Packard Releases New Report on Impact of Children’s Health Care Advocacy – Say Ahhh! A Children’s Health Policy Blog

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By Gene Lewit and Liane Wong, The David and Lucile Packard Foundation 

Those of you who are regular Say Ahhh! readers know that
more children have health insurance coverage today than at any point in the
nation’s history. The steady growth in children’s health coverage did not
happen in a vacuum. State and federal leaders and program directors, policy and
grassroots advocates, and concerned citizens – not to mention key pieces of
federal legislation – all contributed to this success. In particular, state
efforts, to grow and improve their children’s coverage programs, supported and
urged onward by policy and grassroots advocates, played a crucial role in the
growth in children’s coverage.

Today, the David
and Lucile Packard Foundation and Mathematica Policy Research released new
findings on the impact of children’s health care coverage advocacy in the
states. This brief,  Applying
Advocacy Skills in Tumultuous Times: Adaptive Capacity of Insuring America’s
Children Grantees
, is the latest from the  evaluation of the Packard Foundation’s
multi-year, multi-state,  Insuring
America’s Children (IAC): States Leading the Way
grantmaking strategy launched
in 2007. One of IAC’s goals was to broaden and strengthen the state-based children’s
health advocacy ecosystem to support the expansion of children’s coverage at
the state and federal levels en route to our goal of covering all of America’s
children. As the nation engages in the 
implementation of health care reform and attempts to address a number of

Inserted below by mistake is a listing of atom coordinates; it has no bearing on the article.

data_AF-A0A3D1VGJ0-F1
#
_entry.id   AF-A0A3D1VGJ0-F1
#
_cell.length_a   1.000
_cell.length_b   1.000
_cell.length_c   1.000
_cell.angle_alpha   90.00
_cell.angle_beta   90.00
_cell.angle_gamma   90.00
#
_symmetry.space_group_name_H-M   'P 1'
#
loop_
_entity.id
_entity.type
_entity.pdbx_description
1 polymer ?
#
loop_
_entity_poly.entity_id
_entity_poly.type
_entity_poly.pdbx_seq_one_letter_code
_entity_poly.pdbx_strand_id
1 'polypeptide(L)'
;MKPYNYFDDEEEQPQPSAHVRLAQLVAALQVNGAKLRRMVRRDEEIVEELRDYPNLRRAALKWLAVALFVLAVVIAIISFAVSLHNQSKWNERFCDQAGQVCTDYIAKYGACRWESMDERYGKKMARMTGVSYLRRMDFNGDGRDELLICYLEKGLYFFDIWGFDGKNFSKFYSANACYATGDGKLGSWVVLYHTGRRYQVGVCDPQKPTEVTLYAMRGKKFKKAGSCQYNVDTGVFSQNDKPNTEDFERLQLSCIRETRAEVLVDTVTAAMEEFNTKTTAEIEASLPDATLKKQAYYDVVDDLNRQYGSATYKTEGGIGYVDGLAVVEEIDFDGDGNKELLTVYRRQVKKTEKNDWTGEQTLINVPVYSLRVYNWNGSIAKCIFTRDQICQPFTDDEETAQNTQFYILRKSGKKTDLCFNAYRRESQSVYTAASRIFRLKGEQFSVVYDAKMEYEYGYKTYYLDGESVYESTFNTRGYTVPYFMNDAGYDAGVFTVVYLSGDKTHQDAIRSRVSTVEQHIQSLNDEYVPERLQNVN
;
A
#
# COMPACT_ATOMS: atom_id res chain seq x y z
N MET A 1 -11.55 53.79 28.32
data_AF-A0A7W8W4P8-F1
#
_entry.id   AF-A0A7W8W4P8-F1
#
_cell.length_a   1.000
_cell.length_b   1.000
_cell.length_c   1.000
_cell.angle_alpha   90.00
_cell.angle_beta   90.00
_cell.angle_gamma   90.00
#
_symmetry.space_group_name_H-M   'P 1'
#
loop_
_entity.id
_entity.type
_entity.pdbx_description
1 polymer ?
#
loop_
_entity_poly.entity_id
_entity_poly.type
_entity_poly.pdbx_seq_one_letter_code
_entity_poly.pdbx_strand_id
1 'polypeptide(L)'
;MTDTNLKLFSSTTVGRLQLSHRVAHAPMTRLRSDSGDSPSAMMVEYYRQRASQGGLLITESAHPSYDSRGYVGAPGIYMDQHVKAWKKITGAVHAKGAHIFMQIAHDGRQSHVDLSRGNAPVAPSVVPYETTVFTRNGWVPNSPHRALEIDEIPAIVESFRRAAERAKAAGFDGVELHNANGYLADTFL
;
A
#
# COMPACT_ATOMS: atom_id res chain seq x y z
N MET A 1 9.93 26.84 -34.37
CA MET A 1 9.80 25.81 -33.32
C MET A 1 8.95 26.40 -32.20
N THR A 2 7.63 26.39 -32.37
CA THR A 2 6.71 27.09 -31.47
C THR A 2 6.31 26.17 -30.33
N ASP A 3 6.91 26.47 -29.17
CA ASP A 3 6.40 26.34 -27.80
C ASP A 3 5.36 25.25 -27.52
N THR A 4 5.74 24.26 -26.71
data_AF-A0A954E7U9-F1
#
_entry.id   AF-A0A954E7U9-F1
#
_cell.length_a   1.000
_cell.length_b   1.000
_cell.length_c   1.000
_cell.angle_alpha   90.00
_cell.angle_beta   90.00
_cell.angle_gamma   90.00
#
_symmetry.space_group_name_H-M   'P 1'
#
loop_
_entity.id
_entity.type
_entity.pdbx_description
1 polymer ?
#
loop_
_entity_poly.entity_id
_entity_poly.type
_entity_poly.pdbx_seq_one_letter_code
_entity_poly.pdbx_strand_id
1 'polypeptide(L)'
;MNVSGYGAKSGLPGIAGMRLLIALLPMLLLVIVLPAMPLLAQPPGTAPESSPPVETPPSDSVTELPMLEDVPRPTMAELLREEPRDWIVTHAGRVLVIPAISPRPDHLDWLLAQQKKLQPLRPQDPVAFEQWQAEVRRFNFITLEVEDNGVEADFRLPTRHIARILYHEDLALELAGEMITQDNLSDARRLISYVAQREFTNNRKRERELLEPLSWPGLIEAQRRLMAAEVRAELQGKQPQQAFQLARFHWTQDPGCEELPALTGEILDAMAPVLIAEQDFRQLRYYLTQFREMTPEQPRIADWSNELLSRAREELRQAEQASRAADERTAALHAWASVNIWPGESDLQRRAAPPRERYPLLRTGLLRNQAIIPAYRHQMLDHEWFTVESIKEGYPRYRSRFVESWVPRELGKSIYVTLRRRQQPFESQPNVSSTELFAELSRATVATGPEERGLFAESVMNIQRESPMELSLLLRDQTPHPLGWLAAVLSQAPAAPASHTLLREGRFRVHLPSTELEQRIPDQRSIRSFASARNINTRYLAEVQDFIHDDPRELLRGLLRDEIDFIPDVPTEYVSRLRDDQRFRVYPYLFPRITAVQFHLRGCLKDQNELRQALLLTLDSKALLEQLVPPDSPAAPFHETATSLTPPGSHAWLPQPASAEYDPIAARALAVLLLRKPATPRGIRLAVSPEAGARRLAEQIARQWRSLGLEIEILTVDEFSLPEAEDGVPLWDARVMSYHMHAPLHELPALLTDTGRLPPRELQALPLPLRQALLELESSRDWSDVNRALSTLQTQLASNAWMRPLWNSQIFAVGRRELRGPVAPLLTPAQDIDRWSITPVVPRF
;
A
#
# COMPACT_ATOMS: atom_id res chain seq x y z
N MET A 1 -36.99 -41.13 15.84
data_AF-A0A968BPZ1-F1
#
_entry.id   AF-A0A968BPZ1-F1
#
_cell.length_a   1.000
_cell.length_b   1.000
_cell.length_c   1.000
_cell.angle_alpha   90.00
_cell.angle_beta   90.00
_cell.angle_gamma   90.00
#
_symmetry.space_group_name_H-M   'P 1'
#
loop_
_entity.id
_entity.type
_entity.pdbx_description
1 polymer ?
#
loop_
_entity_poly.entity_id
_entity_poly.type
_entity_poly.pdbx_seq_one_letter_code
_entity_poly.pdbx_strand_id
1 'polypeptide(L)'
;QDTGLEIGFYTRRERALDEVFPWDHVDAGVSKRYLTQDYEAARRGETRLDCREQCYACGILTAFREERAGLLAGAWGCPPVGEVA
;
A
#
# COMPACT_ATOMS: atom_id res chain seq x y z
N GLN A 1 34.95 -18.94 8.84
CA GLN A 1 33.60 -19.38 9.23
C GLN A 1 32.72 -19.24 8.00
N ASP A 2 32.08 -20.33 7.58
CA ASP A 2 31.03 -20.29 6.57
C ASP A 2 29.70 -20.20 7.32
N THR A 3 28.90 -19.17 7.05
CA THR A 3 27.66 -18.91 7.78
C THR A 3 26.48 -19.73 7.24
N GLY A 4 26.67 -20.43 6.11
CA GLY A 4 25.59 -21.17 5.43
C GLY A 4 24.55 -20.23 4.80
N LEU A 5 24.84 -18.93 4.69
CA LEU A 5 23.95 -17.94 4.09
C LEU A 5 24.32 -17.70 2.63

other pressing problems, we believe the findings in the just released brief
hold lessons not only for children’s coverage advocates and funders but for
broader advocacy efforts as well.    

What ultimately transpired between 2007 and 2010 was a tumultuous period
characterized by a severe economic downturn, an intense political battle around
the reauthorization of the Children’s Health Insurance Program, and widespread
erosion of employer sponsored health insurance, capped by an intense debate on
national health reform.

 So, how did state-based advocacy groups navigate these rapidly shifting
state and federal environments? By analyzing four years of comprehensive data,
the evaluation team at Mathematica found that support of capacity and network building among state-based
advocacy groups of different sizes strengthened their communications and policy
capacity to make children’s coverage a priority both within their own states,
in other states, and at the national level.  The groups’ work strengthened popular support for the broad
goal of insuring all children and supported many targeted policy goals, such as
expansion of CHIP eligibility, program improvements, and simplified, more
efficient enrollment and retention practices.

Findings from the study highlight the key strategies that advocacy
groups pursued aggressively to prepare for and respond effectively in a dynamic
environment, including:

* Building and adapting strategic partnerships as the
economic and political contexts in their states were shifting. Advocacy groups
assumed new and expanded leadership roles within state-based coalitions;

* Serving as critical sources of information and analysis
to state policymakers and other key stakeholders. Advocacy groups strengthened
their reach and influence;

* Employing consistent and positive messaging. Advocacy
groups successfully broke through the mire of a gloomy economic forecast and
sometimes combative political atmosphere;

* Leveraging technical assistance and external support by
the Packard Foundation, such as peer-to-peer learning. 

Advocacy groups were
able to maximize their individual and collective efforts. As the goal of ensuring that all children have health care coverage becomes increasingly attainable, understanding how advocates have carried out this work in different and dynamic environments can provide lessons for future advocacy efforts on a variety of issues.  The full details of these findings can be found on the Packard and Mathematica websites.  To learn more about Insuring America’s Children: States Leading the Way, visit our website.

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